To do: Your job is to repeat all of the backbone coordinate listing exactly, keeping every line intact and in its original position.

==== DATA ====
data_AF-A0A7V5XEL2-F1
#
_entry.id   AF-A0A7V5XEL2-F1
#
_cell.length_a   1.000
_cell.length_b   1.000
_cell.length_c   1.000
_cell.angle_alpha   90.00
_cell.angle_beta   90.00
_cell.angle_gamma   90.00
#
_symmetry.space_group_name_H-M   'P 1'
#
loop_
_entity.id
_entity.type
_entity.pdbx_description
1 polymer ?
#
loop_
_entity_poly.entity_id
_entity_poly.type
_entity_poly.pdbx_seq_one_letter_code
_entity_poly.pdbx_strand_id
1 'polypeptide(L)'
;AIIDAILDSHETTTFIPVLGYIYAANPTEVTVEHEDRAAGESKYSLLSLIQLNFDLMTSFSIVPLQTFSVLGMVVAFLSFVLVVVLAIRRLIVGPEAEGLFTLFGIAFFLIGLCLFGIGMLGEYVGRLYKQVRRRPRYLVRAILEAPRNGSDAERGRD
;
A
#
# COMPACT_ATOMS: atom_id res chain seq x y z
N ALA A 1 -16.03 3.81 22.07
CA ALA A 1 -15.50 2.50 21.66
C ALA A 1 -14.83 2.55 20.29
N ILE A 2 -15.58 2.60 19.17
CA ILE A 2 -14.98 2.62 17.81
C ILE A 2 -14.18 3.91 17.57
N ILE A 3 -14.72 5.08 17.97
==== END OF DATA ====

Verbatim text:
data_AF-A0A7V5XEL2-F1
#
_entry.id   AF-A0A7V5XEL2-F1
#
_cell.length_a   1.000
_cell.length_b   1.000
_cell.length_c   1.000
_cell.angle_alpha   90.00
_cell.angle_beta   90.00
_cell.angle_gamma   90.00
#
_symmetry.space_group_name_H-M   'P 1'
#
loop_
_entity.id
_entity.type
_entity.pdbx_description
1 polymer ?
#
loop_
_entity_poly.entity_id
_entity_poly.type
_entity_poly.pdbx_seq_one_letter_code
_entity_poly.pdbx_strand_id
1 'polypeptide(L)'
;AIIDAILDSHETTTFIPVLGYIYAANPTEVTVEHEDRAAGESKYSLLSLIQLNFDLMTSFSIVPLQTFSVLGMVVAFLSFVLVVVLAIRRLIVGPEAEGLFTLFGIAFFLIGLCLFGIGMLGEYVGRLYKQVRRRPRYLVRAILEAPRNGSDAERGRD
;
A
#
# COMPACT_ATOMS: atom_id res chain seq x y z
N ALA A 1 -16.03 3.81 22.07
CA ALA A 1 -15.50 2.50 21.66
C ALA A 1 -14.83 2.55 20.29
N ILE A 2 -15.58 2.60 19.17
CA ILE A 2 -14.98 2.62 17.81
C ILE A 2 -14.18 3.91 17.57
N ILE A 3 -14.72 5.08 17.97